Just as life takes a toll on people, years of wear take a toll upon machinery. The miles piled up and up, along the way suffering traffic accidents and the ravages of rain, snow and road salt. When combined, they reduced that which had been glamorous and enviable into a beat up, rusting, 15 year old car which, although mechanically sound, could no longer resist the rain that poured freely into the trunk and rear seat through gaping holes that no local mechanic seemed to have the skills to repair. Despite several repair attempts, it eventually became obvious that 824P78741 was no longer road worthy. Thus began a 27 year period of exile during which 824P78741 sat collecting dust as a catch all, in a garage out of the weather.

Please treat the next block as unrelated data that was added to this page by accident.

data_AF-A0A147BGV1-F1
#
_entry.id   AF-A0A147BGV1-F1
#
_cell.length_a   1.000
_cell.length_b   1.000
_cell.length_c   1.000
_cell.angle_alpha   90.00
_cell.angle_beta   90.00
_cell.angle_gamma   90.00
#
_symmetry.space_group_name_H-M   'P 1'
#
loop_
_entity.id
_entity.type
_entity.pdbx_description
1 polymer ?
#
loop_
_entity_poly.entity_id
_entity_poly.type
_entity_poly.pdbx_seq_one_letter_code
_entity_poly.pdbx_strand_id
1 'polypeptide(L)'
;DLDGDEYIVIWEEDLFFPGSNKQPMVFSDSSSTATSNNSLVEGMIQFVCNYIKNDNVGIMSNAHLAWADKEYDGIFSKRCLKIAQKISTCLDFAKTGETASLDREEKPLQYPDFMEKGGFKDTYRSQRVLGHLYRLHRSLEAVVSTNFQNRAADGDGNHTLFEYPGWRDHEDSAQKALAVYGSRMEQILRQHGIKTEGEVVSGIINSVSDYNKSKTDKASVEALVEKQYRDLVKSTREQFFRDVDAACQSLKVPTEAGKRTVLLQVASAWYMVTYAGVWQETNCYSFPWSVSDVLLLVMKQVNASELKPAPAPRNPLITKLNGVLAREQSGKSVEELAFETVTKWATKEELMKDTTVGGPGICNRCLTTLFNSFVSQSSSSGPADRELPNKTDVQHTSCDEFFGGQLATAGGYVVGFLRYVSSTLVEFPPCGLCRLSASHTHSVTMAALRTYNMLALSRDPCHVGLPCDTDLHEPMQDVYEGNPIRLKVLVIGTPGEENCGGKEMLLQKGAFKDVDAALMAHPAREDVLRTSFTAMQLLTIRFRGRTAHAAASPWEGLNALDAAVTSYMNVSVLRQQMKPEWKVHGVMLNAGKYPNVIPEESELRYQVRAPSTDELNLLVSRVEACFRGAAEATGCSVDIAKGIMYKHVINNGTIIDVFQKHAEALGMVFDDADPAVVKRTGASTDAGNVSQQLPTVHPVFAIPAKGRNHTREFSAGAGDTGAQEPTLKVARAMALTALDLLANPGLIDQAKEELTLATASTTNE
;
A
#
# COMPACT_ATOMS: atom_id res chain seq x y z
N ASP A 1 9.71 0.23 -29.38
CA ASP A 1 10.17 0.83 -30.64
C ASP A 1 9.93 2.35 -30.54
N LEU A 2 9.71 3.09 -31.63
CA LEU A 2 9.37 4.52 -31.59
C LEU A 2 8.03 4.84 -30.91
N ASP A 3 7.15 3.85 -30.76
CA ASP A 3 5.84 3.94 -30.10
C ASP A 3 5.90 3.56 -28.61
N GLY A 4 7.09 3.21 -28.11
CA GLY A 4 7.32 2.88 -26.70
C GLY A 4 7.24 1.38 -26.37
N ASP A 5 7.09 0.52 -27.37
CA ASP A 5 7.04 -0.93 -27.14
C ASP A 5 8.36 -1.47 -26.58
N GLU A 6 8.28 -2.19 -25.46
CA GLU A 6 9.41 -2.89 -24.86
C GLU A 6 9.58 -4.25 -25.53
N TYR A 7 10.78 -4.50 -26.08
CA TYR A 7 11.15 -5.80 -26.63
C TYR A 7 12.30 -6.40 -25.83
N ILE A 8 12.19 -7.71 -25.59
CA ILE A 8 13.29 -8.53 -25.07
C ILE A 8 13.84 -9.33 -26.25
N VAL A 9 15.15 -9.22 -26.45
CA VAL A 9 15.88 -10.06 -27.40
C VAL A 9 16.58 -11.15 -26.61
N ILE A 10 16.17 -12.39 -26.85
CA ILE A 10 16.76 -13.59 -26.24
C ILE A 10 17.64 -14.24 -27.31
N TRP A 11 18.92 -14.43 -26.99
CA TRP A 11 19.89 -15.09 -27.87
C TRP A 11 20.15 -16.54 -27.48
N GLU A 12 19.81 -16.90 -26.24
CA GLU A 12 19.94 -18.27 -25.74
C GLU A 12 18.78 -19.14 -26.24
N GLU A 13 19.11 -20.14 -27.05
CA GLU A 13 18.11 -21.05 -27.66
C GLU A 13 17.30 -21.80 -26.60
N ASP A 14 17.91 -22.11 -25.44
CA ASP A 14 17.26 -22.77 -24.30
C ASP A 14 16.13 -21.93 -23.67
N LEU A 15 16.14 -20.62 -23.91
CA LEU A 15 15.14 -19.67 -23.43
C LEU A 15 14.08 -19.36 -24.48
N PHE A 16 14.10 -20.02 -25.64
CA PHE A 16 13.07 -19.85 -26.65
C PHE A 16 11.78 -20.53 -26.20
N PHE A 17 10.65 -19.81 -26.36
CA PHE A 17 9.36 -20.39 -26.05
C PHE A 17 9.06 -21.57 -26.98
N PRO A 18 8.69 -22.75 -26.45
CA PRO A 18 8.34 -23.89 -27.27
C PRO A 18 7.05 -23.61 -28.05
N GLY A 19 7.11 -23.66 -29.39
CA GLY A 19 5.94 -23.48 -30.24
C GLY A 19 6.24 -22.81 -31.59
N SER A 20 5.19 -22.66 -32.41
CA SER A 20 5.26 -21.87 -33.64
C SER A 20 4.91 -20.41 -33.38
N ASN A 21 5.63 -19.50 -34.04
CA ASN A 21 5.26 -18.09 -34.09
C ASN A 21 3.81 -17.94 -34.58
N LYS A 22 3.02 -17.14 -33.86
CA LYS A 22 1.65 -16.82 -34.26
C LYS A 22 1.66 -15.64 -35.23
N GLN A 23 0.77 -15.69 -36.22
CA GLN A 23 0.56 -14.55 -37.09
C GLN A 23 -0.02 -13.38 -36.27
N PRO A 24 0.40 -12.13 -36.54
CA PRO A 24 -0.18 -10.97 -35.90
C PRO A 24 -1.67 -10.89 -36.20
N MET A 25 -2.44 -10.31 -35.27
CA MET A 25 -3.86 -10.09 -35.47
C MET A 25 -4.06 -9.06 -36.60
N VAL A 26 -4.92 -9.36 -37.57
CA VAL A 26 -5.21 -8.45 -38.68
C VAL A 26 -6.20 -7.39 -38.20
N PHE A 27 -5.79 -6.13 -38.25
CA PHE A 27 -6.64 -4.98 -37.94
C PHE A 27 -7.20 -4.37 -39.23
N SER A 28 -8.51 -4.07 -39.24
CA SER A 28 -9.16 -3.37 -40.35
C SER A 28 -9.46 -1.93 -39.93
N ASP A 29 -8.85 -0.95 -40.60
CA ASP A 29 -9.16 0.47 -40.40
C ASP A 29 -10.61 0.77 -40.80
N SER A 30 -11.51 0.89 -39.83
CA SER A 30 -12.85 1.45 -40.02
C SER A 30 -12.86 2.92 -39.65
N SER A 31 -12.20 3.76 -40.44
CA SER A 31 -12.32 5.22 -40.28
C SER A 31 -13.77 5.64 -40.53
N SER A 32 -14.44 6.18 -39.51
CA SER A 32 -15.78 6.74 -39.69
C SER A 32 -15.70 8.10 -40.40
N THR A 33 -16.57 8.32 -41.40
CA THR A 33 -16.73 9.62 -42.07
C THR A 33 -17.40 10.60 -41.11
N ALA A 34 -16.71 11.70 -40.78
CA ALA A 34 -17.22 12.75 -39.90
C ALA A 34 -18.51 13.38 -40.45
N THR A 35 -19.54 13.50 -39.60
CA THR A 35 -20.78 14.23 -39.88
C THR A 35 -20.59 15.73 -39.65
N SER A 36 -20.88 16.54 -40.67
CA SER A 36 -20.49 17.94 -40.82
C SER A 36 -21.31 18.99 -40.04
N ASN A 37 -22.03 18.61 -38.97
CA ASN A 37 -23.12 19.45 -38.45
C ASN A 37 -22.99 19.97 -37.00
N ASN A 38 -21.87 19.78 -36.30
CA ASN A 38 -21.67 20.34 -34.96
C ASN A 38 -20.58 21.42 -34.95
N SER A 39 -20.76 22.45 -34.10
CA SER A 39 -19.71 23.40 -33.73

We all make emotional decisions in life. Logic and common sense would clearly dictate that it was time for 824P78741 to be hauled off to the scrap yard to be dismantled with useable parts recycled and the carcass shredded and melted down to become a fresh new car or some other utilitarian product. Somehow emotions kick in and that bond between man and machine will simply not go away. This was my old friend with whom I had been through good and bad. My old friend who had garnered me so much attention when shiny and new. The friend who had hauled me and my human friends to exciting adventures. The friend that started when I begged it to and dug in on icy turns. The same friend who dutifully hauled me back and forth to college and then to work. The one who sat outside in the rain and snow while I was indoors and warm. Now old, worn, and rusted, would it really be fair to send 824P78741 off to be butchered and annihilated? The head say yes but the heart says no. Damned useless heart anyway.